Can you modify the set I bught? I don’t like the artistic style – animations are too stiff/too slow/too fast/too male/too heavy


You can even retarget the animations to a non-humanoid character:


In UE4 all animations must reference just ONE skeleton FILE. Although the skeletons are identical in all packs, I can’t reference animation files to the Skeleton file, that is in some other pack. This is physically impossible.In UE4, it’s not enough to have identical skeletons. An animation must reference a specific Skeleton file and will work only using that Skeleton file. It doesn’t matter if some other skeleton file is identical, the animation must use just the one that it was imported to. That is how UE4 works.That’s why, if you bought 2 of my animation sets, and you want all animations to point to just one Skeleton file, you have to retarget one of the sets, even thoguh the Skeletons are the same. Here’s how you do it, it takes like 3 mouse clicks:https://docs.unrealengine.com/latest…ing/index.html

If the 2 skeletons are identical (like in my animsets) there is another way to do this:1. Choose the skeleton you don’t want anymore and delete it. It will tell you that there are still assets referencing it (all the animations, blendspaces and skeletal meshes).2. Use the “replace” option, and choose the remaining skeleton.If all goes well, the assets referencing the deleted skeleton will now be swapped over. Then you can delete the skeletal mesh and materials too.

How can I make two of your animation packs work together on one skeleton in UE4?

No. I’m sorry, but such usage is not allowed. The license clearly says that the animations must be a part of a COMPILED game. It can NOT be a part of your asset pack. You can make money with my animations by selling a game made using them. Please, understand, you can not sell someone elses asset with your own asset.

You can use the animations in your game and sell the game on Steam or AppStore - that’s how you can make money :)

Can I use your animations in my Marketplace pack and sell it to people to make money (or give it out for free)?

No, you don’t have to. Every set has FBX source files included (you can access it through Windows, by going to folder …\Content\[package name]\SourceFiles\SourceFiles.zip). Just drag and drop them to Unity and they will work.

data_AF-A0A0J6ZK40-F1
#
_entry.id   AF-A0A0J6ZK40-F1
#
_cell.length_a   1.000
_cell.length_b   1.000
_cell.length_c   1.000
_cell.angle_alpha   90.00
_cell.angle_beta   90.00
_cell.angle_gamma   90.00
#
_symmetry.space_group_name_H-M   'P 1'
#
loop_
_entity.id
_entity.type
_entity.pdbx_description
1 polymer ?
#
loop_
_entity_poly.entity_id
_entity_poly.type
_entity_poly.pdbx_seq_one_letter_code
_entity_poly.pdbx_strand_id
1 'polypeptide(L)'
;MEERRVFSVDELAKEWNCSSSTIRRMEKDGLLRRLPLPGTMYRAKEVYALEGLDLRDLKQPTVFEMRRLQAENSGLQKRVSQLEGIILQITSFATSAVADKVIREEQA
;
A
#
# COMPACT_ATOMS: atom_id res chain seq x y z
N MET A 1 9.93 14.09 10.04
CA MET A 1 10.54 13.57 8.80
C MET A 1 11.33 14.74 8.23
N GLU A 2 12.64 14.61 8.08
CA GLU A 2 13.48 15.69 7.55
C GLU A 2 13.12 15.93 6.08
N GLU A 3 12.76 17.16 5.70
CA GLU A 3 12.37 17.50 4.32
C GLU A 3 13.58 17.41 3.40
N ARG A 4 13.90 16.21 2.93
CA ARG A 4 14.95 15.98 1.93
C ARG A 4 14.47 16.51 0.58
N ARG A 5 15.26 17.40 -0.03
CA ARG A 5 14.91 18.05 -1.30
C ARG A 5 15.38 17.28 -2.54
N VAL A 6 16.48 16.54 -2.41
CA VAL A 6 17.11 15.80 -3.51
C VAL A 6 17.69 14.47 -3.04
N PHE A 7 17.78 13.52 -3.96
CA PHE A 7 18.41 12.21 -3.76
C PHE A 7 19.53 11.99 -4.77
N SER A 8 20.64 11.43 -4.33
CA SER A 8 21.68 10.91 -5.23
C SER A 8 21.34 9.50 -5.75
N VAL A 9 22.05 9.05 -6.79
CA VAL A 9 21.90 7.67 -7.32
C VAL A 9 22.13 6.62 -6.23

I’m switching from Unreal to Unity. Do I have to buy the set again on Unity Asset Store?

First thing to realize, is that if you have 2 legs and you want to strafe in 360 degrees freely, while still walking casually, then there will unavoidably be 2 angles when the legs will cross, if you you change direction of movement. Always. Even if you would produce 360 walking animations for every agle, there would still be 2 angles when the legs cross. Normal, unarmed walking is, in essence, crossing your legs.

Fortunately, the leg crossing can happen only in half of the walk cycle time, the other half is when the legs are apart. Please make an experiment in real life to better understand it. Try to strafe right and stop in middle of the step, when your legs are crossed. Now, please try to change direction of walking to forward from that position, by moving your rear leg forward. You can’t, can you? Front leg blocks the rear leg. Your legs are crossed and your rear leg would have to literally pass through your front leg. In real life it is impossible, but in game the legs just intersect and keep going. In real life, you would have to keep strafing right, until your legs are no longer crossed, and only then you can “blend” to walk forward. Also, notice, that people don’t strafe in casual situations in real life. They strafe in sports and combat, but notice, that sports and combat strafing poses are totally different and you don’t cross feet by design (like in boxing footwork).

So, in real life you can’t change directions freely, when strafing using casual walk. However, in computer games, the legs are not physical, so you don’t have that limitation. And the legs just intersect, because the Blend Tree doesn’t know that it is impossible.

What you can do to prevent crossing from happening:

  • you can resign from strafing in non-combat situations altogether, by using more realistic system for casual movement. Strafing is something people do ONLY in sports and combat in real life. People are of course physically able to strafe like that, but they just don’t do it. In non-combat situations (Movement Animset Pro is a non-combat animation set), people just turn to desired direction and walk forward to get there. If they need to look right or left while walking, they just twist their heads to look and still walk forward. That’s why all TPP AAA games do that (Uncharted, Tomb Rider, Assassin’s Creed, Witcher etc.). Not only the movement will be more realistic, but also problems with legs crossing will disappear.Example of non-strafing casual walking:

    Tip: if you want the character to always face, where the camera looks, just make the character twist his upper body to look at that direction with IK or/and additive animations.